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Early to Flower: intermedium, kiushianum, nepenthoides, serratum, serratum mayebarae, sikokianum, thunbergii urashima and triphyllum.
Early Summer Flowering: costatum, fargesii, ringens, tortuosum.
Later to flower: candidissimum, consanguineum
Arisaema can change sex multiple times during their lifespan. The larger the plant material the more likely it is to be female and the smaller it is it will be male. Of course some are bisexual.
Most require shade but some tolerate sun ie A. Consanguineum, A. Costatum have done very well in full sun although it is not recommended.
Biggest danger is getting too wet before they develop foliage and sometimes later. You risk losing your prize plant. I have lost quite a few this year, 2021, and continually Arisaema, so please be very careful. Now March 2023 I have lost 45. I do water before growth appears but lightly around the edge of the pot if the compost looks very dry. Best to use a light and airy compost or add loads of sand, grit or perlite. Once the foliage begins to fade cease all watering for pot plants and keep them somewhere frost free over winter. For ones in the ground make sure there is good drainage. I have A. Costatum that has been in the ground for 10 years with no issues.
Their Spathe/Inflorescence/Coloured bract come in a range of colours and all are streaked/patternated and most impressive. At first I thought Nepenthoides was quite drab by comparison to Sikokianum which is beyond impressive but I have changed my mind. All the Arisaema I have are amazing. In 2022 I have 29 species plus a seed of A. Cucculatum, which I sowed in January 2021, germinating in Feb22. I now have 41 species and sub-species, March 2023, and over 300 in total.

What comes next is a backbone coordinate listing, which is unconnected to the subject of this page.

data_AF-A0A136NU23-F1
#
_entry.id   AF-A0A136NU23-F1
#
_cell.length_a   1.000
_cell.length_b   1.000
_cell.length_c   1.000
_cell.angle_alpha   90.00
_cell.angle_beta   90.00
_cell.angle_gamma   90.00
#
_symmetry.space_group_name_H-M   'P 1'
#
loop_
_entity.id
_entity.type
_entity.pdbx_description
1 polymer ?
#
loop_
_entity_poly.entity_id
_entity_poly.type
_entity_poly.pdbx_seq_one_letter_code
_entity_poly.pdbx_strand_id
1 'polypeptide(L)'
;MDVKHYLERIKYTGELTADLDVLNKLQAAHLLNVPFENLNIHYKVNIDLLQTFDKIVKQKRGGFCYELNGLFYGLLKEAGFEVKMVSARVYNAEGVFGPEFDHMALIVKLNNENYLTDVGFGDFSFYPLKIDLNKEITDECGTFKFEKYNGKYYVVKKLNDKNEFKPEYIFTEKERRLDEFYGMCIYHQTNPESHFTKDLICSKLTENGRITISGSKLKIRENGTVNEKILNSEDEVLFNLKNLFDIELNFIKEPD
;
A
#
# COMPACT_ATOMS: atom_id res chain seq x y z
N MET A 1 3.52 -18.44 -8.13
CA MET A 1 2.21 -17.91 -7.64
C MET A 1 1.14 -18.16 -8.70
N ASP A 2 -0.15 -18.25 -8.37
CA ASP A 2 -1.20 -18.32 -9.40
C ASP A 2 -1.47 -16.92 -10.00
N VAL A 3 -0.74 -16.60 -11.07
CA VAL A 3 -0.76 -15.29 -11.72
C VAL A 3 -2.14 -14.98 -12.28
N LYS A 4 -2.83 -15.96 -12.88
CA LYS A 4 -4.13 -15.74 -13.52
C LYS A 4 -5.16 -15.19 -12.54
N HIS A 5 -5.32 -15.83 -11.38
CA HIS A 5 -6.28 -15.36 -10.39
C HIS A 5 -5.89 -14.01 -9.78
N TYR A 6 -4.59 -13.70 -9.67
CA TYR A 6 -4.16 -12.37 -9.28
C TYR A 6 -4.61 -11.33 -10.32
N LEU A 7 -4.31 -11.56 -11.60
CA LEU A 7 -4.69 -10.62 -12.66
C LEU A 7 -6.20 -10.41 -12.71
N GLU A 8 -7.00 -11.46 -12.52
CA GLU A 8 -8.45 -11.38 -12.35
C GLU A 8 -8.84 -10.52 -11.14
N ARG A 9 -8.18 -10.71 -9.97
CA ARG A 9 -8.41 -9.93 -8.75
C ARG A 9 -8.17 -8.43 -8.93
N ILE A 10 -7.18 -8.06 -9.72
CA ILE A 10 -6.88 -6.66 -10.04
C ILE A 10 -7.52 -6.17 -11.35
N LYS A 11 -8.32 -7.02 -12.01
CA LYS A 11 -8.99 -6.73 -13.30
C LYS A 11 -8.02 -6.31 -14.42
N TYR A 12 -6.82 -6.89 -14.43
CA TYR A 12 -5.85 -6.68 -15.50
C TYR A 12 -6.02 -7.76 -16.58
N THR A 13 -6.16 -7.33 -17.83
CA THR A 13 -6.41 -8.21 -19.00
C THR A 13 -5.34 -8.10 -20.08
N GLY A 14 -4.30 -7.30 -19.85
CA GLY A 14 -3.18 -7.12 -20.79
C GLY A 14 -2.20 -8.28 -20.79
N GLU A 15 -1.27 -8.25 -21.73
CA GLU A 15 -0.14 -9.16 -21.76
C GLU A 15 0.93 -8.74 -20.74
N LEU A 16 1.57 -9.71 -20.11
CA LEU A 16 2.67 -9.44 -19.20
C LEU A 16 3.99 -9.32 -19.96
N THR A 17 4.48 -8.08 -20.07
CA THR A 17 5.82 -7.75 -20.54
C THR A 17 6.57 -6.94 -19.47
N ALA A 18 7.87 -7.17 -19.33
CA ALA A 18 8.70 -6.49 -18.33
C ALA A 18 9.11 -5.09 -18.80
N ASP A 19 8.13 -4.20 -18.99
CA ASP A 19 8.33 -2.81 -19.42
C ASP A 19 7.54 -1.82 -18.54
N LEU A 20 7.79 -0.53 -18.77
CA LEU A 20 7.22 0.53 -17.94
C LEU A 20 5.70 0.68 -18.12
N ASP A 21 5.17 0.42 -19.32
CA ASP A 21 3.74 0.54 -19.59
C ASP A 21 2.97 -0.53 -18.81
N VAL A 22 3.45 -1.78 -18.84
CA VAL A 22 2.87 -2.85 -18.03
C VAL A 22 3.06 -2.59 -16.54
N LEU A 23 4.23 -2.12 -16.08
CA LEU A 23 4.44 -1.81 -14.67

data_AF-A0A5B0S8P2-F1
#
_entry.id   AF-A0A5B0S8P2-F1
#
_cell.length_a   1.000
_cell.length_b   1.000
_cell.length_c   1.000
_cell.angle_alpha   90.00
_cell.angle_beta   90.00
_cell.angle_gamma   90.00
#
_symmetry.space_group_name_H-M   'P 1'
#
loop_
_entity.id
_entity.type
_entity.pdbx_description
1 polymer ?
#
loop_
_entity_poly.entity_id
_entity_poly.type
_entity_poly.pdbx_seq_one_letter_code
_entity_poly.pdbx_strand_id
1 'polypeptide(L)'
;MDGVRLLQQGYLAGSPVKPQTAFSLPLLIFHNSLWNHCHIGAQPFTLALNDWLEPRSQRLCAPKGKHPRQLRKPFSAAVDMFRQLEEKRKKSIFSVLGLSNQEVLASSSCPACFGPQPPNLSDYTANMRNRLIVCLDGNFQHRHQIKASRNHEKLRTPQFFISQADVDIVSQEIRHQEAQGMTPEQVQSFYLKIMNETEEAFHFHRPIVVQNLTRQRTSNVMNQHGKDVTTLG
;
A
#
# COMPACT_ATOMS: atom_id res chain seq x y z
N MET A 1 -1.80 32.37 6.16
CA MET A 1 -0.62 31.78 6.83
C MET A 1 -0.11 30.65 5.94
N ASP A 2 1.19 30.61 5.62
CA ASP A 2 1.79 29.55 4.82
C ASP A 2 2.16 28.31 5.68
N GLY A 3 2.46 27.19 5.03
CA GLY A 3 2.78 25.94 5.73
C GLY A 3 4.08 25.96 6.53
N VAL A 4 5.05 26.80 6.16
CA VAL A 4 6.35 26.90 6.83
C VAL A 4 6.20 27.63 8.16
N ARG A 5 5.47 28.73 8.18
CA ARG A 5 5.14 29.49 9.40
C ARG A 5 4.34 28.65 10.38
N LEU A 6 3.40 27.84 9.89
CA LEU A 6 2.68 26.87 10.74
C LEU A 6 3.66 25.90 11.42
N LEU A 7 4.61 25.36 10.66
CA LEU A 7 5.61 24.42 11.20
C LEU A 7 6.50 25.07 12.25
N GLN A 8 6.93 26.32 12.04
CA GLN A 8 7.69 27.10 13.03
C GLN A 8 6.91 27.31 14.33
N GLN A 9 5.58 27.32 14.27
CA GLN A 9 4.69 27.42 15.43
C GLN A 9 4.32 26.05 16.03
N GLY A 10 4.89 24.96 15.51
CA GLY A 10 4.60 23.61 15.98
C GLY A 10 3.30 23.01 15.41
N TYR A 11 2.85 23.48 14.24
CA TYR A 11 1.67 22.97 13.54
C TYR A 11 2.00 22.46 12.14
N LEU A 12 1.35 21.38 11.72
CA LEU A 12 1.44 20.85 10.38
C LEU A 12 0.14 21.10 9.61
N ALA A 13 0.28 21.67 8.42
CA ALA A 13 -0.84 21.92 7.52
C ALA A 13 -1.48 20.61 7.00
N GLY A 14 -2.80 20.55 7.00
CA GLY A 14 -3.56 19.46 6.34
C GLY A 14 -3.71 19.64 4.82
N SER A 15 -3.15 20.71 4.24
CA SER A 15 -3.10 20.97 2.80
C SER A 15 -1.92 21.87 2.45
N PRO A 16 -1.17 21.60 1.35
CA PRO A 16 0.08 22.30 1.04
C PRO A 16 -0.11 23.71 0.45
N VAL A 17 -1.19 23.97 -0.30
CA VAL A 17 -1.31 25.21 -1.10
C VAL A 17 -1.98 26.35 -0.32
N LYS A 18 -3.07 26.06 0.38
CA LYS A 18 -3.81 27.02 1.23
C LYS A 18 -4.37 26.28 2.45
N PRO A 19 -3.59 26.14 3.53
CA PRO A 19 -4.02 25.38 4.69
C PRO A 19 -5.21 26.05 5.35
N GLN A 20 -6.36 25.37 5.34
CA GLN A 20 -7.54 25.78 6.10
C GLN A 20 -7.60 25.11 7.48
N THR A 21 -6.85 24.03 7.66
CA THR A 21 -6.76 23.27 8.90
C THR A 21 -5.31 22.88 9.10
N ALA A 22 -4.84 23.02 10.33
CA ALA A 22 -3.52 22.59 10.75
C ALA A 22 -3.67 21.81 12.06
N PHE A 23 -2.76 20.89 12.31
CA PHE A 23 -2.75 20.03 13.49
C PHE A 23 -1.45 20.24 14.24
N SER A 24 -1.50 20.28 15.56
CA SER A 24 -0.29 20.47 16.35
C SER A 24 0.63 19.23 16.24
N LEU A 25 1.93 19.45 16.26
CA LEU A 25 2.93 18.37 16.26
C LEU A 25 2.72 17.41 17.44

Most have an appendage to the Spathe, Spadix or leaves of varying lengths. A. Intermedium also has a very long appendage to the Spadix. I measured one at over 80cm.
The rhizome/corm/bulb is actually a modified subterranean stem and are usually referred to as one of the former depending on their shape.
At the end of the season check for offsets and the condition of the modified stem. I use my finger in the centre of the pot and gradually push my finger down and spiral out slightly until you touch the modified stem checking for offsets. This year 2022 I have found 41 offsets which I have potted on. They are of various sizes and the larger they are the more likely they are to flower the following season and to be female. Check the parent plant for rot and if present cut it off. Whether you decide to remove the modified stem and store it over winter will be up to you. I have not gone down that root yet. I will be fluffing up the soil leaving the modified stem in the pot and I check them 2 to 3 times over winter. The roots do fade away when the foliage dies back which I assume will help to prevent rotting. They will grow again from spring onwards.
A. Flavum is the shortist upto 40cm ( short form ) and A. Tortuosum the tallest upto 180cm.
Fungas gnats do a lot of the pollinating and you find a slit at the bottom of the Spathe then you will have a male. This allows the gnats to escape and pollinate the female at which point the gnat cannot escape.
Arisaema need well drained soil. This is especially important for deciduous ones during autumn, winter and early spring. When the foliage has withered do not water apart from not allowing them to dry out completely. Perlite I find, over winter, really dries out the compost so I just spray those in pots. I will be moving my potted Arisaema over to the mix below.
Arisaema can and can do cope with monsoon type conditions during summer months.
Having used various combinations of compost, perlite, grite and sharp sand I have decided to use 50% silver sand and 50% humax compost for my young and older Arisaema. For seed I am now using 75% silver sand and 25% spent compost or humax compost. Arisaema seed do not like/need too many nutrients. I need to do more research on this.
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